Accolades[edit]

The album received a number of accolades, including a nomination for the 2006 Mercury Music Prize. Certain tracks received recognition such as "Boy from School", which was ranked at number seven on Pitchfork Media's list of the top 100 songs of 2006, while "Over and Over" was ranked at number 16.[23] "Over and Over" was also named "Track of 2006" by NME.[24] Additionally, the album was ranked number 26 on Pitchfork's list of the top 50 albums of the year[25] and number 81 list of the top 200 albums of the decade.[26] The Warning also placed on Slant Magazine's list of best albums of the 2000s at number 93.[27]

Track listing[edit]

  1. "Careful" – 3:28
  2. "And I Was a Boy from School" – 5:19
  3. "Colours" – 5:28
  4. "Over and Over" – 5:47
  5. "(Just Like We) Breakdown" – 4:12
  6. "Tchaparian" – 3:20
  7. "Look After Me" – 4:50
  8. "The Warning" – 4:51
  9. "Arrest Yourself" – 2:31
  10. "So Glad to See You" – 4:05
  11. "No Fit State" – 5:08
  12. "Won't Wash" – 2:35 (Hidden track)
  13. "Bally" – 3:24 (Vinyl-only bonus track)

Album personnel[edit]

  • Owen Clarke – artwork design, art conception, guitar, bass
  • Al Doyle – guitar, synthesizer, percussion, backing vocals
  • Tom Elmhirst – mixing
  • Joe Goddard – vocals, synthesizer, percussion
  • Felix Martin – drum machines
  • Matt Paul – assistant engineer
  • Alexis Taylor – vocals, synthesizer, guitar, percussion, piano
  • Richard Wilkinson – engineer

Chart positions[edit]

Album[edit]

Chart Peak
position
Irish Album Chart[28] 42
Swedish Albums Chart[29] 38
UK Album Chart 34
U.S. Top Electronic Albums[10] 13

Singles[edit]

Song Chart peak positions
Irish Singles Chart
UK Singles Chart
"Boy from School" 40
"Over and Over" 44 27

"—" denotes releases that did not chart.

References[edit]

  1. ^ a b Warren, Emma (2006-05-18). "Hot Chip - The Warning". bbc.co.uk. Retrieved 2008-03-08. 
  2. ^ a b c Laing-Peterson, Lars Garvey (2006-07-20). "Hot Chip - The Warning". Prefix magazine. Retrieved 2008-04-16. 
  3. ^ a b Raper, Dan (2006-05-23). "Record review: Hot Chip - The Warning". PopMatters. Retrieved 2008-04-19. 
  4. ^ a b c d e Fennessey, Sean (2006-05-25). "Record review: Hot Chip - The Warning". Pitchfork Media. Retrieved 2008-04-16.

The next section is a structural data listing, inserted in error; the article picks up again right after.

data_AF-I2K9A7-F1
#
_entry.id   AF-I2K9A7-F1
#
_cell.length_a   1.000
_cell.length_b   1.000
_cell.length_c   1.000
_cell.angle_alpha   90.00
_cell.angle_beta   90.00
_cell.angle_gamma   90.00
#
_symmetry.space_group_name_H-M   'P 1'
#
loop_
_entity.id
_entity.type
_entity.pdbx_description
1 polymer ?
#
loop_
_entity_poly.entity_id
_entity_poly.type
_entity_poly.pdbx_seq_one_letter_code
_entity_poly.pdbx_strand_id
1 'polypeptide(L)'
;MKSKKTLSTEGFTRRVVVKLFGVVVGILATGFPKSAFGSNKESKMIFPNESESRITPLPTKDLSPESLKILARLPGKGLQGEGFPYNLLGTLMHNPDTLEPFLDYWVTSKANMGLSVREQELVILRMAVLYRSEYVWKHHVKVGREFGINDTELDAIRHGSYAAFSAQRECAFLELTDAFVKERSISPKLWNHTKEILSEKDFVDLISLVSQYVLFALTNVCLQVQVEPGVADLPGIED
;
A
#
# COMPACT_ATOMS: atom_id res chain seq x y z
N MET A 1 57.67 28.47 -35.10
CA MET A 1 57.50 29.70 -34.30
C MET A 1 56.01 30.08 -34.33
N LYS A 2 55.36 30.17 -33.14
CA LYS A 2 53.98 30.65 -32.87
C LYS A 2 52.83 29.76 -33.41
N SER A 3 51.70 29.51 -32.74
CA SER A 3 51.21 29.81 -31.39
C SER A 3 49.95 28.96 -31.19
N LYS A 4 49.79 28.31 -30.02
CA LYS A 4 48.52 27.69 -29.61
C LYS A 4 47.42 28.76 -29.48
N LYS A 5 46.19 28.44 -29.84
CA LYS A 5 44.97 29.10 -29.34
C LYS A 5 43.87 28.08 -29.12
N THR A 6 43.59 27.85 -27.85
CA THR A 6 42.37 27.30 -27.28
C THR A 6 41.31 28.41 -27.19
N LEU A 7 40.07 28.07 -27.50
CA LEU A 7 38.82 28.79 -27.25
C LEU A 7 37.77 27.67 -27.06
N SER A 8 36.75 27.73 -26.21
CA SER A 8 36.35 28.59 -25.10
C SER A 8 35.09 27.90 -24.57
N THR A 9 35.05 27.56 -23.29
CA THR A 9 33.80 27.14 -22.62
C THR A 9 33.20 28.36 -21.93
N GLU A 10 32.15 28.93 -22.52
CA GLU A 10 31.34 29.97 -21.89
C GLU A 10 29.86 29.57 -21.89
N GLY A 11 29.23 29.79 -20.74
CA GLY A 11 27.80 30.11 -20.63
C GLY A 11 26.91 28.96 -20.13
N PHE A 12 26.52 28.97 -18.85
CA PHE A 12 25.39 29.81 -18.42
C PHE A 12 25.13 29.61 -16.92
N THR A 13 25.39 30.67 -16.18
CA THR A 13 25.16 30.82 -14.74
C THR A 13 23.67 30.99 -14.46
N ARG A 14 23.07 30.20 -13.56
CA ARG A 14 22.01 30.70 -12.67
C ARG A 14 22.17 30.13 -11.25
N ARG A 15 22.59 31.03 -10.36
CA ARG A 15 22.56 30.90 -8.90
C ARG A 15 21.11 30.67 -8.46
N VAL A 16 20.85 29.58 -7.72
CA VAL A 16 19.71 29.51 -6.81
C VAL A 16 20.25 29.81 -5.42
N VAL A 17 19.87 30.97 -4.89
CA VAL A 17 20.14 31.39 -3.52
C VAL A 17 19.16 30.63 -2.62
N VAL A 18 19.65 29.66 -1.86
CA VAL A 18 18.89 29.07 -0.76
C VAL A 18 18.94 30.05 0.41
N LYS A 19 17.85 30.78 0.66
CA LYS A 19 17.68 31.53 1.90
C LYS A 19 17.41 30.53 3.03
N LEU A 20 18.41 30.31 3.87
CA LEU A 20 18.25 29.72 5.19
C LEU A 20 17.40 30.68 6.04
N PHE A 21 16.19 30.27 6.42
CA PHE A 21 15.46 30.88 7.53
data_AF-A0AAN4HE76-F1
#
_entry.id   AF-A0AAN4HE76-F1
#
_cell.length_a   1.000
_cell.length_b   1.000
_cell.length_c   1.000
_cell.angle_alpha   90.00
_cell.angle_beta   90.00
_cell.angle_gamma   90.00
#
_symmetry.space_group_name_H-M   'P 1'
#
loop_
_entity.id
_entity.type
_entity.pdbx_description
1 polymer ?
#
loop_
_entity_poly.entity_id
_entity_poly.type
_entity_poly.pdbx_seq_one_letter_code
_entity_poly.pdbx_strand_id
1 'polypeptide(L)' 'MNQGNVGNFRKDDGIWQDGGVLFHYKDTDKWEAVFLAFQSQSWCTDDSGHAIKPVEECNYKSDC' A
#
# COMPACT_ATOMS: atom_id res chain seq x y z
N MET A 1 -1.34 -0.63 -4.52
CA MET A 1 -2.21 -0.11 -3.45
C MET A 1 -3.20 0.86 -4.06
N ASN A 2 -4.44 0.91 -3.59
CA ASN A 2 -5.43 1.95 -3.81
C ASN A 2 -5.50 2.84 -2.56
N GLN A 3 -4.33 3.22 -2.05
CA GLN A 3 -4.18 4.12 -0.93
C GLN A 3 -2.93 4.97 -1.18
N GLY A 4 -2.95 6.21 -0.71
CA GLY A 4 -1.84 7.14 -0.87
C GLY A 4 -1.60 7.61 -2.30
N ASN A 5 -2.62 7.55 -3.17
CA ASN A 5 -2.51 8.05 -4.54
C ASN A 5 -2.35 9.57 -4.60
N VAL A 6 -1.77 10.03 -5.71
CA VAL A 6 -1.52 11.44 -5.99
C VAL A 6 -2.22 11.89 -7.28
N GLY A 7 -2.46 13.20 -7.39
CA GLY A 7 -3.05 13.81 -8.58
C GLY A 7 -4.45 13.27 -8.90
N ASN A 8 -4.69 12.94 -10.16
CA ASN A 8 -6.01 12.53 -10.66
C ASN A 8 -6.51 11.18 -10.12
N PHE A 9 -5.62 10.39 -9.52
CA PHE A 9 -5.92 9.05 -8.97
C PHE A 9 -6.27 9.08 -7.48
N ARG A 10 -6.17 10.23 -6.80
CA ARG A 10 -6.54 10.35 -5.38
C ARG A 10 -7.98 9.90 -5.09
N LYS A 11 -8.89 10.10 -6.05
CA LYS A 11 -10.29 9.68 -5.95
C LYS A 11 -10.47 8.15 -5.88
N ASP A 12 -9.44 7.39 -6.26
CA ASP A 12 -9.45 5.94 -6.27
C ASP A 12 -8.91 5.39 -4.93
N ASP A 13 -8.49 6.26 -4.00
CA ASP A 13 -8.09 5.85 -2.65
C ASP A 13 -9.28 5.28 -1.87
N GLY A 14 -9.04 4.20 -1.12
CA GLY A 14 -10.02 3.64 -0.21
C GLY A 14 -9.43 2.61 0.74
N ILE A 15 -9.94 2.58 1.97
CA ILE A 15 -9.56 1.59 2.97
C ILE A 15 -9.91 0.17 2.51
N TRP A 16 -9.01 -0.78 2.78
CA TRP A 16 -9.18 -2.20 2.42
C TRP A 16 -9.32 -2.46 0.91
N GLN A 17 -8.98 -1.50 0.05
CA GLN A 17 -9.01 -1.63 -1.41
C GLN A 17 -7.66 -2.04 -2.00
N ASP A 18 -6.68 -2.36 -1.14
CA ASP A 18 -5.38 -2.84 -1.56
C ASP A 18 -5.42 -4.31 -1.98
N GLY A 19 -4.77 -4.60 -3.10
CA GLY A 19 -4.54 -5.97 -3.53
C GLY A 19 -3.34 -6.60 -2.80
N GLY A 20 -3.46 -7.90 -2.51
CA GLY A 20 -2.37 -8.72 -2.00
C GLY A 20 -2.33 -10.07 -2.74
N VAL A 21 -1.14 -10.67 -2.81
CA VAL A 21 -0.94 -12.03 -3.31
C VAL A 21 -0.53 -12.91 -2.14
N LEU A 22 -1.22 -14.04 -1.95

5. ^ a b c d e Theakston, Rob. "The Warning Review". Allmusic. Retrieved 2008-03-08. 
  6. ^ a b c d e Worthy, Stephen (2006-05-19). "Hot Chip: The Warning". NME. Retrieved 2008-03-08. 
  7. ^ a b c Carroll, Jim (2006-06-06). "Hot Property". The Irish Times. Retrieved 2008-09-22. 
  8. ^ a b Kennedy, Lori J. (2006-06-01). "Let It Burn". Remix magazine. Retrieved 2008-09-23. 
  9. ^ Ayers, Michael D. (14 January 2010). "Hot Chip Inspired By Susan Boyle To Take 'One Life Stand'". Billboard. Retrieved 31 January 2010. 
  10. ^ a b "Artist Chart History - Hot Chip". Billboard. Retrieved 2008-03-08. 
  11. ^ Walker, Jonson (2006-05-08). "Hot Sh*t: Hot Chip". Gigwise. Retrieved 2008-03-08. 
  12. ^ Theakston, Robert. "The Warning review - Hot Chip". Allmusic Rovi Corporation. Retrieved 25 September 2009. [dead link]
  13. ^ Dobson, Gareth. "The Warning review - Hot Chip". Drowned in Sound. Retrieved 25 September 2009. 
  14. ^ Zimpleman, Tom. "The Warning review - Hot Chip". Dusted Magazine. Retrieved 2 November 2009. 
  15. ^ Cooper, Leonie (2006-05-19). "The Warning review - Hot Chip". London: The Guardian Guardian Media Group. Retrieved 2 November 2009. 
  16. ^ Worthy, Stephen. "The Warning review - Hot Chip". NME IPC Media. Retrieved 25 September 2009. 
  17. ^ Morley, Paul (2006-05-21). "The Warning review - Hot Chip". London: The Observer Guardian Media Group. Retrieved 25 September 2009. 
  18. ^ Fennessey, Sean. "The Warning review - Hot Chip". Pitchfork Media. Retrieved 30 August 2011. 
  19. ^ Raper, Dan. "The Warning review - Hot Chip". PopMatters. Retrieved 25 September 2009. 
  20. ^ Hoard, Christian. "The Warning review - Rolling Stone". Rolling Stone Wenner Media LLC. Retrieved 25 September 2009. 
  21. ^ O'Donnell, Mallory. "The Warning review - Hot Chip". Stylus. Retrieved 25 September 2009. 
  22. ^ "Made in the Dark". MetaCritic. Retrieved 2008-04-06. 
  23. ^ "The Top 100 Tracks of 2006". Pitchfork Media. 2006-12-18. Retrieved 2008-09-19. 
  24. ^ "Hot Chip named track of the year". NME. 2006-12-10. Retrieved 2008-09-22. 
  25. ^ "Top 50 Albums of 2006". Pitchfork Media. 2006-12-19. Retrieved 2008-09-18. 
  26. ^ "The Top 200 Albums of the 2000s: 100-51". Pitchfork Media. 2009-09-30. Retrieved 2009-12-23. 
  27. ^ "Best of the Aughts: Albums". Slant Magazine. Retrieved 10 February 2010. 
  28. ^ "The Warning - Irish chart position". Irma.ie. Retrieved 2008-07-03. 
  29. ^ "The Warning - Swedish chart position". Swedishcharts.com. Retrieved 2008-06-27. 

External links[edit]